Dashboard and controls

The LCD display provides a wide range of information. Maybe not everything is essential, but it’s fun to have all that stuff to read. On road, the speed reported on the display is irritatingly optimistic compared to the true GPS speed. That gets even worse while driving offroad: speed and fuel consumption are computed based on the rear wheel’s RPMs, so they are ridiculously wrong (at least on the “base” version that we used; we wonder if that’s the case also on the other versions, since they are equipped with a rotation sensor on the rear wheel for the ABS system).
All controls are easy to reach as in any modern bike. On road, we happened to honk sometimes instead of blinking; but as for anything, one gets used to it. Also the hi-beam button is located in a peculiar position, though frankly we did not bother about that in Mauritania…


We simply did not do any maintenance during the trip. A brand new bike should not burn oil, and it didn’t. We did not inspect air filters to avoid a nervous breakdown in the desert. The exercise of removing the front fairing with its plastic pins and hooks will probably keep people away from checking the filters on the go until they are completely clogged...
Our best advice here is to practice the disassembling sequence at home. It is illustrated on this excellent YouTube video.

Construction details

We’ve been waiting for 15 years to get a new Africa Twin, and we eventually got a fresh new project. We can’t help rejoicing at finding out that this new toy has a true offroad imprinting, but we must also note that in these 15 years the designers lounged on several street-minded details that fall short of the much-advertised “True Adventure” philosophy:
  • Fairings are fixed with a system that is more suited to a big scooter than for an off-road bike. They require a lot of time and care to disassemble and reassemble. This is something you definitely don’t want to have to do in the middle of nowhere. The rear fender and carrier are not modular, so that any modification (e.g. to fit large rear tanks) is problematic.
  • The rear brake pedal, the gear lever and the right footpeg support are made of cast aluminum, which can easily break as a consequence of a fall (this happened to Motociclismo Fuoristrada’s testers as reported in the February 2016 issue). Old-style steel would have been a better choice as it bends without breaking. Likewise, we don’t like the cast aluminum side stand, which cannot easily extended or have a wider foot plate soldered.
  • The engine’s bottom is very wide and exposed to damage (we got a small crack on the left crankcase cover due to a rock, which we repaired with epoxy the BMW way…)
  • The fuel filter is integrated with the fuel pump, which is located inside the tank. Disassembling it for cleaning is a one-afternoon endeavour, and probably requires the tank to be emptied. A clogged fuel filter during a trip is thus a nightmare scenario…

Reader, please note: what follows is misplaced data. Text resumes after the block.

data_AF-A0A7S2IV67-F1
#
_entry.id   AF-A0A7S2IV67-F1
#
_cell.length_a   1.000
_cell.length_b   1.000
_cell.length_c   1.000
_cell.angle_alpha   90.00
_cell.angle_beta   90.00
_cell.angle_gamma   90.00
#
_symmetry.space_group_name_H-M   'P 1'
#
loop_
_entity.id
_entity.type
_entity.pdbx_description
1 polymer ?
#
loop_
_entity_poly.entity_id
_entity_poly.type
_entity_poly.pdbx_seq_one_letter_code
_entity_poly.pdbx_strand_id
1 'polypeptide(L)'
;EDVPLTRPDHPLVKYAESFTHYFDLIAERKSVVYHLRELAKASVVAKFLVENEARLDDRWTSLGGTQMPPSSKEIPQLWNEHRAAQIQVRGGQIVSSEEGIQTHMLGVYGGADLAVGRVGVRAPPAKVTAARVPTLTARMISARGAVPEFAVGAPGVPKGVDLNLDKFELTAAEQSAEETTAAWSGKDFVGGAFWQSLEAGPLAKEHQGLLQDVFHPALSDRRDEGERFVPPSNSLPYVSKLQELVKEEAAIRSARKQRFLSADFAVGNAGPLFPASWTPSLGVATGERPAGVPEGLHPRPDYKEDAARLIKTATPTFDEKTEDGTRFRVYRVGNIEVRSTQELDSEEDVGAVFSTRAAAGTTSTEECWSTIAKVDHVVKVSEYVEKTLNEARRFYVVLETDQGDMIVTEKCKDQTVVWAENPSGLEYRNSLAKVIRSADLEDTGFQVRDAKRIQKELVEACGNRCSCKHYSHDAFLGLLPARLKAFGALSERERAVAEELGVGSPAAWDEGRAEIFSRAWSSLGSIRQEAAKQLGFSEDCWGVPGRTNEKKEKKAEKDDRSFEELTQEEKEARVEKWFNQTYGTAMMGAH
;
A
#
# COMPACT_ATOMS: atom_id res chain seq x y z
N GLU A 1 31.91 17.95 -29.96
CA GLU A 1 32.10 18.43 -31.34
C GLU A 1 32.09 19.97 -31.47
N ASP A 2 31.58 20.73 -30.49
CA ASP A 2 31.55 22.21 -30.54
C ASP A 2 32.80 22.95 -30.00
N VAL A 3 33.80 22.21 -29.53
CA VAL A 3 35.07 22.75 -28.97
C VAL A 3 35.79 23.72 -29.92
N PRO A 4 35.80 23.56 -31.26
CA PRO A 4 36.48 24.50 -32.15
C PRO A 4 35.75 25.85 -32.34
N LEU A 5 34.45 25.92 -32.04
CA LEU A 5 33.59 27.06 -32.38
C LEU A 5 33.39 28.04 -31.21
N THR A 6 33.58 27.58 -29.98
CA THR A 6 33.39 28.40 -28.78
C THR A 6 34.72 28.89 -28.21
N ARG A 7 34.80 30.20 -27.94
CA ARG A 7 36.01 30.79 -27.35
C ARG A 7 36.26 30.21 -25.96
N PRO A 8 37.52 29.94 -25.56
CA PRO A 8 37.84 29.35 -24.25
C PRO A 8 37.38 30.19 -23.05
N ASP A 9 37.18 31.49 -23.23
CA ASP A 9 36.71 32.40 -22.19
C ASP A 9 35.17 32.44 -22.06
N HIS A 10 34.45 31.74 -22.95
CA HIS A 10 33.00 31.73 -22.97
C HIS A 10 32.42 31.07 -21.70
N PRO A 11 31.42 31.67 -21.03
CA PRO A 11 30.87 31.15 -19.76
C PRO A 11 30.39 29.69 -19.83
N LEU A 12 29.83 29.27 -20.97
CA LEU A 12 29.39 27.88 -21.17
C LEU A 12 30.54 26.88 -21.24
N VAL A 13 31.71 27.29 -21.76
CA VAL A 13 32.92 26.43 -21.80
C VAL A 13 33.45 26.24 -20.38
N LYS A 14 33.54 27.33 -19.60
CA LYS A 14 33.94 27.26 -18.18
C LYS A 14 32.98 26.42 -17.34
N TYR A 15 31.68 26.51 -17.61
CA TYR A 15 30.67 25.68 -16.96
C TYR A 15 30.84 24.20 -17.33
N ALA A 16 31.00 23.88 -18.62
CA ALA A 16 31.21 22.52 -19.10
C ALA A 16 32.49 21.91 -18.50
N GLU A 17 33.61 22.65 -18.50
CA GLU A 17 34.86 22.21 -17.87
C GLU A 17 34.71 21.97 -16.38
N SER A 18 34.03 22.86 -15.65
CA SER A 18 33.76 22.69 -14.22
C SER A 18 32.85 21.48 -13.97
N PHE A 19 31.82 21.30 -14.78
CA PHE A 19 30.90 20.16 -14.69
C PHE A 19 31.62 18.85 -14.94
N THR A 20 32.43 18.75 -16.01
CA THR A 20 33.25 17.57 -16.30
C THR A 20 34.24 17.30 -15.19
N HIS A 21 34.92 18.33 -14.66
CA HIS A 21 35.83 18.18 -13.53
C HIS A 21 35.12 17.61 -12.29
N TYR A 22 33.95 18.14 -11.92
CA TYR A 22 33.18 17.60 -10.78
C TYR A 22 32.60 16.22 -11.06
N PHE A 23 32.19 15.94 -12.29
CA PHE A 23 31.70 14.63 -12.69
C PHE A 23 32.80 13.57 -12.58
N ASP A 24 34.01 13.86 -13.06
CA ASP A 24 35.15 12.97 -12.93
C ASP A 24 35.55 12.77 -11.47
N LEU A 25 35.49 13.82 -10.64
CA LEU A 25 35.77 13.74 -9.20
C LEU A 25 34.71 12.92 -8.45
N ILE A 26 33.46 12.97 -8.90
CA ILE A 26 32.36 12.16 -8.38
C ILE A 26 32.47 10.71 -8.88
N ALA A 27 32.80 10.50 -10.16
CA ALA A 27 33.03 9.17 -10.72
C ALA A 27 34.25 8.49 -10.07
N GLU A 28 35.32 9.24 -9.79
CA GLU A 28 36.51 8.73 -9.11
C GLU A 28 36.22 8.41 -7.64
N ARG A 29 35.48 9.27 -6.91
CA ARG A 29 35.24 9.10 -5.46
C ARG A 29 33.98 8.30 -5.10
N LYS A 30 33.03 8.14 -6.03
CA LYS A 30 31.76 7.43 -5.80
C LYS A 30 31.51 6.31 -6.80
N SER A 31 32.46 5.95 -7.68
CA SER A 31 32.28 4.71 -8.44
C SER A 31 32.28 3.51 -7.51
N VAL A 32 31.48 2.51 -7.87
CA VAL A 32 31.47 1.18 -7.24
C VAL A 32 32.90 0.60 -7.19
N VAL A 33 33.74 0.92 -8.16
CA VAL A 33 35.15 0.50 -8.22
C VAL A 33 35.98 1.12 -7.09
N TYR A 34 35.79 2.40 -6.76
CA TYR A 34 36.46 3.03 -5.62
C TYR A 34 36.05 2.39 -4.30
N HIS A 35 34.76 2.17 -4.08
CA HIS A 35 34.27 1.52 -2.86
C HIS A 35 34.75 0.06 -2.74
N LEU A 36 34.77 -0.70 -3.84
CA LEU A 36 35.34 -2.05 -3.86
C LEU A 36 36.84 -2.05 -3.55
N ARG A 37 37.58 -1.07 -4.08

• The loss of windscreen rubber fixings inside the depths of the front fairing, which we described in one of our early posts, is a sort of rite of passage every CRF1000 owner has to undertake.
  • The tool box is simply ridiculous. We would jail the guy who could imagine, design and approve such a colossal failure. It’s tiny, it’s uncomfortable, and to open it you need a hex key that by logic should stay inside it. Getting the hex key under the seat, disassembling the box and reassembling it afterwards is too impractical for an offroad trip, where tools are used on a daily basis.
  • As already mentioned, the tank is small. The front fender is too close to the wheel (as actually on all modern bikes in this market segment). We think the front brake lines are a bit too exposed.
Still, the bike behaves very well in the dirt and is very reliable, as we could verify during our trip. We like the particularly quick and hassle-free removal and reassembly of the front wheel, which is much appreciated when you get a flat tyre under the desert’s sun. Also, we like the split seat (the driver’s seat can be removed even with a large soft bag that extends on the pillion seat).The bar over the dashboard is very handy to mount a GPS.


We fitted Honda’s original crashbars, since they were the only ones readily available when we left in February. They’re very expensive compared to aftermarket ones, but we eventually liked them: they are made of a single piece (unlike all other competitors), and are very light. They don’t form a very rigid system, which is disappointing at first, but that can possibly be an advantage. We used the bars to fasten two bags in the beginning, and two 5 l plastic tanks for fuel later on. Apart for scratches, they did their job well. Aesthetically they are questionable, but we can say that they worked fine.
We fitted some generic handlebar risers and cheap Acerbis closed handguards. We did not have time to look for find perfect solutions, and we’ve to say that those we used don’t fit very well.
Since we did not modify the suspensions we did not have to extend the side stand, which would have been problematic given it’s made of aluminium. We just added a larger footplate, bolted on two holes drilled in the original foot.
We also enlarged the footpegs, which are too small and short, soldering an hand-crafted iron extension.
(More details on the bike preparation can be found on the technical section and in this post).

The final verdict

To sum up, the CRF1000 is a robust and reliable bike that can be a good base for long-range overland travel, as one would expect from a true Africa Twin. However, several details are not up to the philosophy of a bike made for adventure, which so proudly fill Honda’s ads, and are not very practical for overland travel.